Pinak Priya Bhattacharya | Jun 19, 2016, Jalpaiguri: An adult elephant was electrocuted in Birpara area of Dooars in the early hours of Saturday.
Before getting the fatal jolt the jumbo had raided a paddy field in a village next to Dalgaon forest. On Saturday morning, The villagers on Saturday morning found the carcass of the elephant inside a betel nut plantation, just beside the paddy field and informed the Dalgaon forest range. Locals informed the Dalgaon Range immediately after the discovery.
The signs on the carcass made the foresters believe that this was a case of electrocution. From the signs on the carcass, foresters primarily believe this to be a clear case of electrocution. “We’ll take legal steps against the owner of land where the carcass washas been found,” said a forest official.
Tapping of power from high tension wires and laying wire traps for jumbos are a common practice in region of the statepart of the state, especially in theDooars and Terai. People living in the forest villages and in the fringe areasdo this to stop elephants from invading paddy fields during the harvest season.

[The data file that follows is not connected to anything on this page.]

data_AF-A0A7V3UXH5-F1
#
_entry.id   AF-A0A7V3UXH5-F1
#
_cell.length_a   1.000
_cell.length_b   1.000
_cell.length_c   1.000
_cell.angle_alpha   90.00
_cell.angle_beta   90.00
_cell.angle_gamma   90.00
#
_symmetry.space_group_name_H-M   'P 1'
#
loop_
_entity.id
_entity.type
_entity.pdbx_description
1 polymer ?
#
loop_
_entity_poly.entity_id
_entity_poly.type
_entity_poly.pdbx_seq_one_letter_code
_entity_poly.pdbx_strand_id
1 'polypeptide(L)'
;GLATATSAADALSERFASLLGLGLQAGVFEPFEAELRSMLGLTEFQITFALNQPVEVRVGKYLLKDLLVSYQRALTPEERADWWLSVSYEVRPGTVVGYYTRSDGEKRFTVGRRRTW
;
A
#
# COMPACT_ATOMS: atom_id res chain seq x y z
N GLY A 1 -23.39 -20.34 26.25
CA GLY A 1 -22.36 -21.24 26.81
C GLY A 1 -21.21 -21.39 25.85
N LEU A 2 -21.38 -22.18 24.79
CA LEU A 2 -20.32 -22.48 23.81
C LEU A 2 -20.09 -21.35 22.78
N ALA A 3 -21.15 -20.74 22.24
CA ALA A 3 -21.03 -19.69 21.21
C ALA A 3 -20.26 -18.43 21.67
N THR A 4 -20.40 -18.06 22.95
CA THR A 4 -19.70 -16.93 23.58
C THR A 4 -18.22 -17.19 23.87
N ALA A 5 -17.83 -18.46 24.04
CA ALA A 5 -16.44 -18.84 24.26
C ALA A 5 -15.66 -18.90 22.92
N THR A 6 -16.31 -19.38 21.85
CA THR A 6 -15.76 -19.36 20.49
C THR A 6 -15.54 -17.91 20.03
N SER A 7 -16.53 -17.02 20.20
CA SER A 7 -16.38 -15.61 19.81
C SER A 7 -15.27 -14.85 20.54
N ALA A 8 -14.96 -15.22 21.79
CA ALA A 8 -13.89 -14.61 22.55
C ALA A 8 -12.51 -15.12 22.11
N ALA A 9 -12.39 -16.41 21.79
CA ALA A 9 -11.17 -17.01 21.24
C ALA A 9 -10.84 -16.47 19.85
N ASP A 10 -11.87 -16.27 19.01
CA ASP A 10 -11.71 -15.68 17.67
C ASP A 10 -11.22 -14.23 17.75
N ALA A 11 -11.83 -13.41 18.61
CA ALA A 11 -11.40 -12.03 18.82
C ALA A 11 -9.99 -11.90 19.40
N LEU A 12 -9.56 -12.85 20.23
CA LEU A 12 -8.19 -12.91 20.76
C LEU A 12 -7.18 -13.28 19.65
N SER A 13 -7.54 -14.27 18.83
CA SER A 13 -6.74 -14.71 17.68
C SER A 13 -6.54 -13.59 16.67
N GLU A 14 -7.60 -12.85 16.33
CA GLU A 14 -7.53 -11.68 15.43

“There should be a balance in death and human-elephant conflict should be stopped. Every time an elephant dies, we feel sad. We have to come up with ways to stop this,” said chief minister, Mamata Banerjee in Kolkata. Over the past few years, the practice has also gained popularity among villagers in Baundangi area of Nepal’s Kakarvitta. which is often raided by elephants that cross over from the Mechi river on the Indo-Nepal border. and enter into the village.In Bengal, 19 jumbos have died due to electrocution in the Dooars and Terai in 10 years. Recently, a daily labourer died in Belakoba area after coming in contact with a wire that was laid down as an elephant trap.that the owner of the landhad laid on the ground to stop elephants from entering his field.
Environmentalists blame it on the indiscriminate growth of habitats in and around forestlands, which the governments have so far failed to put a check. “Since their land has been occupied, they have started raiding. Having their land occupied, elephants The behavioural change in the elephants is also a result of the continuous man-elephant conflict,” said Animesh Basu, a member of state wildlife advisory board.
“There should be a balance and the human-elephant conflict should be stopped. Every time an elephant a dies, we feel sad but we have to come with ways through which we can stop this,” said Mamata Banerjee in Kolkata.
“There should be a balance and the human-elephant conflict should be stopped. Every time an elephant a dies, we feel sad but we have to come with ways through which we can stop this,” said Mamata Banerjee in Kolkata.
Stay updated on the go with Times of India News App. Click here to download it for your device.